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How to Protect Your Health Care Organization from the next HIPAA Breach

Friday, November 22, 2019   (0 Comments)
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Written for AAOE by Stacy Walton Long and Alexandria M. Foster


In 2018, the Health and Human Services’ Office of Civil Rights (“OCR”) broke its all-time record by settling 10 cases—OCR’s highest number in a single year with total settlements of $24.7 million. One of these settlements was with Pagosa Springs Medical Center (“PSMC”), a critical care hospital, after OCR investigated an alleged HIPAA breach.

On June 7, 2013, OCR initiated a complaint investigation that revealed PSMC failed to terminate a former employee’s remote access to PSMC’s web-based scheduling calendar (the “Calendar”). The Calendar, managed by one of PSMC’s vendors (the “Vendor”), contained patients’ electronic protected health information (“ePHI”). OCR’s investigation uncovered that PSMC impermissibly disclosed the ePHI of at least 557 patients to the former employee and to the Vendor.

As with many other alleged HIPAA breach investigations, OCR discovered that PSMC did not have a business associate agreement with the Vendor, and was thus in violation of HIPAA Rules. Further, PSMC’s failure to de-activate the former employee’s username and password allowed the individual to continue accessing ePHI after the individual was terminated from PSMC.

The terms of the Resolution Agreement required PSMC to pay OCR $111,400 and enter into a two-year Corrective Action Plan. The Corrective Action Plan requires PSMC to, among other things, revise its policies and procedures relating to business associates; assess its policies and procedures relating to uses and disclosures of ePHI; provide revised training to its workforce members regarding, in part, privacy and security awareness; and conduct a thorough risk analysis and risk management plan to comply with HIPAA standards. To see the complete Resolution Agreement and the Corrective Action Plan attached to it, please click here.

As a health care executive, it is critical to be fully aware of who has access to your health care organization’s protected health information (“PHI”) at all times. The following are best practices to adopt to protect your health care organization from a potential HIPAA breach, or otherwise unauthorized access to PHI (which includes ePHI):

  • Develop HIPAA policies and procedures for your organization.
  • Always obtain proper authorizations before disclosing PHI.
  • Ensure safeguards such as password protected authorization and encryption, and two-step logins are in place to access PHI on all computers, phones, and other electronic devices.
  • Design physical safeguards to store paper copies of patient paperwork, charts, and records.
  • Use cover sheets when faxing or mailing PHI.
  • Maintain business associate agreements with all business associates before sharing any PHI.
  • Do not electronically communicate about PHI unless the system is encrypted.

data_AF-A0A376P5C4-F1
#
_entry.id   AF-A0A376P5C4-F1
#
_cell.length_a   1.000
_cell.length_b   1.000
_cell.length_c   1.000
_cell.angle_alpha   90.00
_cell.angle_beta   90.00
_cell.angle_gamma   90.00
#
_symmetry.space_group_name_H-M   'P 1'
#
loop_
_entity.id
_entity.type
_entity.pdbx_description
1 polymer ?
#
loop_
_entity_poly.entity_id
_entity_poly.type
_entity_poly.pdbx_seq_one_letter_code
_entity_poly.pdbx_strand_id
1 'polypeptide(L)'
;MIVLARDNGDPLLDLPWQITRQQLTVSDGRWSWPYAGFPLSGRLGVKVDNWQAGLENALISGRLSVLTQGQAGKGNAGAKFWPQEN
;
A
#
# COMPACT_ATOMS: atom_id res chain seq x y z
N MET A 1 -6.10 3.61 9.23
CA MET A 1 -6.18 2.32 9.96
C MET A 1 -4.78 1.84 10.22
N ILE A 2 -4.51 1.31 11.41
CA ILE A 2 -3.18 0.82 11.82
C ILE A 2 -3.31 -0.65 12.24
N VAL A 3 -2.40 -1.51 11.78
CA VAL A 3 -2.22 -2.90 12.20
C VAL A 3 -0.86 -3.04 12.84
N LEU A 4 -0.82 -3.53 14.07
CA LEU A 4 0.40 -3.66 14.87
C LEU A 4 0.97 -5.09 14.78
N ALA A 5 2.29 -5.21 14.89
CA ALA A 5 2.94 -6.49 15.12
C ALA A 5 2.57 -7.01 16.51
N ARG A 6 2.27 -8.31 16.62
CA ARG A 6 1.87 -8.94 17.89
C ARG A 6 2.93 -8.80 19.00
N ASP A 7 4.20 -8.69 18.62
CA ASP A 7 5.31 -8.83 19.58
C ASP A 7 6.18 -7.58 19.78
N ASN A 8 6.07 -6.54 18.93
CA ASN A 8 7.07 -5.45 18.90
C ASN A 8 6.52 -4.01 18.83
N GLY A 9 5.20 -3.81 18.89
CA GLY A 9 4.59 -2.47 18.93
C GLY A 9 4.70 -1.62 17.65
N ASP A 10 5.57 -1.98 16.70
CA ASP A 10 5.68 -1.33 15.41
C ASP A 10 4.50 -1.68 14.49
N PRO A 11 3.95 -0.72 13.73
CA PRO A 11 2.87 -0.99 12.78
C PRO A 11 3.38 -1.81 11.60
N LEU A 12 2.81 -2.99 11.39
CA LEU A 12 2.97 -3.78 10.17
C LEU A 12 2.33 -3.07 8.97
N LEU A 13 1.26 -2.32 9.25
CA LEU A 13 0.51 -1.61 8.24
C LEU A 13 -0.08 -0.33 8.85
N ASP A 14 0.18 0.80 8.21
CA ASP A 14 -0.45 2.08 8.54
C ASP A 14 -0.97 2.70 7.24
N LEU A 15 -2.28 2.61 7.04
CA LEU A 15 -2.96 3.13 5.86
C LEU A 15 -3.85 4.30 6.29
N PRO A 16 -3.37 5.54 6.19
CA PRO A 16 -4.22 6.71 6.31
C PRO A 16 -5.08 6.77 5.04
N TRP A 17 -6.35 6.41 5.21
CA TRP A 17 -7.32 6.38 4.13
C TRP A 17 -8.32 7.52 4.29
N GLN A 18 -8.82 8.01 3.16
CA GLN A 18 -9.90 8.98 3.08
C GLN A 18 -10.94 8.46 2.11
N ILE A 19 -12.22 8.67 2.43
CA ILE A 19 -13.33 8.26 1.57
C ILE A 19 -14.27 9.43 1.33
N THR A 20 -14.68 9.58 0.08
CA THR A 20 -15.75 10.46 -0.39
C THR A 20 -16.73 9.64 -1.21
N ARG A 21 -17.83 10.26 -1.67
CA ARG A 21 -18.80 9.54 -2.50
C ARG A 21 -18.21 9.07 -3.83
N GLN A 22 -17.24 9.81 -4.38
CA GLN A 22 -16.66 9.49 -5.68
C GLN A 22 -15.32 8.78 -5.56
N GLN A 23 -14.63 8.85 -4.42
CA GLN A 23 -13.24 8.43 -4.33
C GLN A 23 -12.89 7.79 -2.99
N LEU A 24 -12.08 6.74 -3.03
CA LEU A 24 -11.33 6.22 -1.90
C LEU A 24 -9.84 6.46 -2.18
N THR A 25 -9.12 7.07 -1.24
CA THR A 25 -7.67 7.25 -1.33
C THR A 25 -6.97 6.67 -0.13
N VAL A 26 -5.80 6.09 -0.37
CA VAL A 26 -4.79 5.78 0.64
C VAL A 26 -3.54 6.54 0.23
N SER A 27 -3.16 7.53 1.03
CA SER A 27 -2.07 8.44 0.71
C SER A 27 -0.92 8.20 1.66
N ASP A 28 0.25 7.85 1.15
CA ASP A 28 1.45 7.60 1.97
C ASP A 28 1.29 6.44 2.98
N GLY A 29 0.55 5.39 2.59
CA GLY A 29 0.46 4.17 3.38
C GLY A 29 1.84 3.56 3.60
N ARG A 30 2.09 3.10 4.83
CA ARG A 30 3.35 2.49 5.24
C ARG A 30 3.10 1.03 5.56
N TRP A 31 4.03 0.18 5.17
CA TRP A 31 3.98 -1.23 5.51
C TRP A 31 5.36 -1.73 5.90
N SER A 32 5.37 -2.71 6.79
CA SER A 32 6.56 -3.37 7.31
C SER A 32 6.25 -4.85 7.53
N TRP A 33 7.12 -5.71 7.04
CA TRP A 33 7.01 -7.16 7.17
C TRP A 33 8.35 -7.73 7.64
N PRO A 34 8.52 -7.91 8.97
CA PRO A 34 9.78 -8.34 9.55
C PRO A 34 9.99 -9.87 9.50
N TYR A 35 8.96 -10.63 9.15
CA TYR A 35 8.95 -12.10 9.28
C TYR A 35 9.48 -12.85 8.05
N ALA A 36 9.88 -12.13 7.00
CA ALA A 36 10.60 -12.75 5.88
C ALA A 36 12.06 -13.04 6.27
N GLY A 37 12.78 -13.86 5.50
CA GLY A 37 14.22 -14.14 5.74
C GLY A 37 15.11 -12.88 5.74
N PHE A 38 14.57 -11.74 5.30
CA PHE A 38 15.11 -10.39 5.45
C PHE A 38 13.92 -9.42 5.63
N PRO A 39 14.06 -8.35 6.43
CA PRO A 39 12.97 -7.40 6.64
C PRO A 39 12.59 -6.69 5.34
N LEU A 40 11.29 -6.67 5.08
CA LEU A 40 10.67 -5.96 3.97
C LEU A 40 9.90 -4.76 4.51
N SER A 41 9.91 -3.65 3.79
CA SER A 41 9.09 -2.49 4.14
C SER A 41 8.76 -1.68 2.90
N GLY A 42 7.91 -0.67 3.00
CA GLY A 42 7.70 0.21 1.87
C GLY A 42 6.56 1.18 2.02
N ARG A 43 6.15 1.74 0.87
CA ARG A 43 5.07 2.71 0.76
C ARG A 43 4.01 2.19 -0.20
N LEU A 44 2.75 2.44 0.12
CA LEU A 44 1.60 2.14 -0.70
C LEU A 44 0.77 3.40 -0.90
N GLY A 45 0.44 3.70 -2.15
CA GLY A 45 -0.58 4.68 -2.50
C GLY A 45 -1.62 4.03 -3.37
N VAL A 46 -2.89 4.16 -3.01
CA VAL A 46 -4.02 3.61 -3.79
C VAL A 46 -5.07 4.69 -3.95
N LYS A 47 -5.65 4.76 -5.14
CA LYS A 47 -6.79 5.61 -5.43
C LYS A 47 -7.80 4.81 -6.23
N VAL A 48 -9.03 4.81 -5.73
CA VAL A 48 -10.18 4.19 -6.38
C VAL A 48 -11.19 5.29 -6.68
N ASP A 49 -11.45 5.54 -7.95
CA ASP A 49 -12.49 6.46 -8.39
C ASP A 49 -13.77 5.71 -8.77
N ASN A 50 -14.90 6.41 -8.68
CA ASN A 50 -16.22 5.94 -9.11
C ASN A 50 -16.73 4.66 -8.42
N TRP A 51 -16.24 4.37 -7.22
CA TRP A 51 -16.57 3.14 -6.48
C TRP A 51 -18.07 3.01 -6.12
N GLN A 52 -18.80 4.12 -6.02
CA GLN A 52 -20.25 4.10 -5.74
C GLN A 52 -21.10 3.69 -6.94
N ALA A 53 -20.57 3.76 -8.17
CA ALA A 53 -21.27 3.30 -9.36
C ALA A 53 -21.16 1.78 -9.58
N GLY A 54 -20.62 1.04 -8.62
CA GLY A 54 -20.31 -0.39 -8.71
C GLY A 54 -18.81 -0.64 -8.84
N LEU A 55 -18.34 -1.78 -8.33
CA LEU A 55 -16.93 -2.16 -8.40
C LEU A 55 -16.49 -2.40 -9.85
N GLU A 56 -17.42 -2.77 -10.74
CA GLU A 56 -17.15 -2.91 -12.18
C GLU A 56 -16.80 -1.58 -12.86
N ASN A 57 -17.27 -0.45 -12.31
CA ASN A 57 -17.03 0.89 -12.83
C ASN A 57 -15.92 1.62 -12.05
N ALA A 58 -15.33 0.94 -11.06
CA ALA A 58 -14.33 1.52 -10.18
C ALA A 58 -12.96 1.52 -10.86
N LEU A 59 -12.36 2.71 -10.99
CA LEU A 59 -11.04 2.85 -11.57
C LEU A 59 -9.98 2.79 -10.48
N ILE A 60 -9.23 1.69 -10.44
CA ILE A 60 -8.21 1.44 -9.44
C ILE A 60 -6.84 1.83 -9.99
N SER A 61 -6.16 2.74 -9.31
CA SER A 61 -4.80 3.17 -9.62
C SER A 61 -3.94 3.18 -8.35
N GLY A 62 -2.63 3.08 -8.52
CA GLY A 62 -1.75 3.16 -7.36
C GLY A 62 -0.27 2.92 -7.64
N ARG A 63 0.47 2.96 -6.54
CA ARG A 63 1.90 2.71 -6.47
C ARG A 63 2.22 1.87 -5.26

• Hold regular HIPAA training for all employees.
  • Exercise caution when opening suspicious emails or answering calls from unidentified phone numbers.
  • Do not allow your organization’s employees to share passwords.
  • Do not post PHI online, whether on your organization’s website or social media platforms.
  • Remind employees not to leave electronic devices or physical PHI unattended or in public view.
  • Ensure that proper procedures are in place to terminate access to privileged information, when appropriate, with former employees, vendors, and any other individual or entity who may have access to PHI.
  • Properly dispose of PHI in accordance with state laws and federal regulations. 


About the Authors

Alexandria Foster is an Associate in Krieg DeVault's Health Care Practice Group. Ms. Foster provides regulatory, compliance, licensure, and corporate advice to a wide range of health care clients including physicians, practice groups, ambulatory surgery centers, hospitals, on-site employer health clinics, and senior living facilities. Ms. Foster assists these clients with a variety of matters including reviewing, drafting, and negotiating vendor agreements, advising on HIPAA and state privacy law issues, implementing and evaluating telemedicine policies and procedures, assisting with complex transactions, and providing counsel for professional licensing and disciplinary matters.

Stacy Long is a member of the Krieg DeVault Healthcare and Litigation Practice Groups. She represents and advises the firm’s Healthcare clients regarding many significant legal issues, including security breach incidents and risk assessments involving Protected Health Information and other personal information under HIPAA/HITECH and other Federal and State laws governing the privacy and security of such information, as well as corporate compliance and regulatory matters. Ms. Long also counsels and advises clients on HIPAA/HITECH compliance programs, as well as breach notification obligations and audits initiated by Federal and State governmental agencies. She also represents individual professionals and healthcare providers in licensing and disciplinary matters, as well as employment-related matters, and works with mental health providers on confidentiality matters and commitment proceedings.

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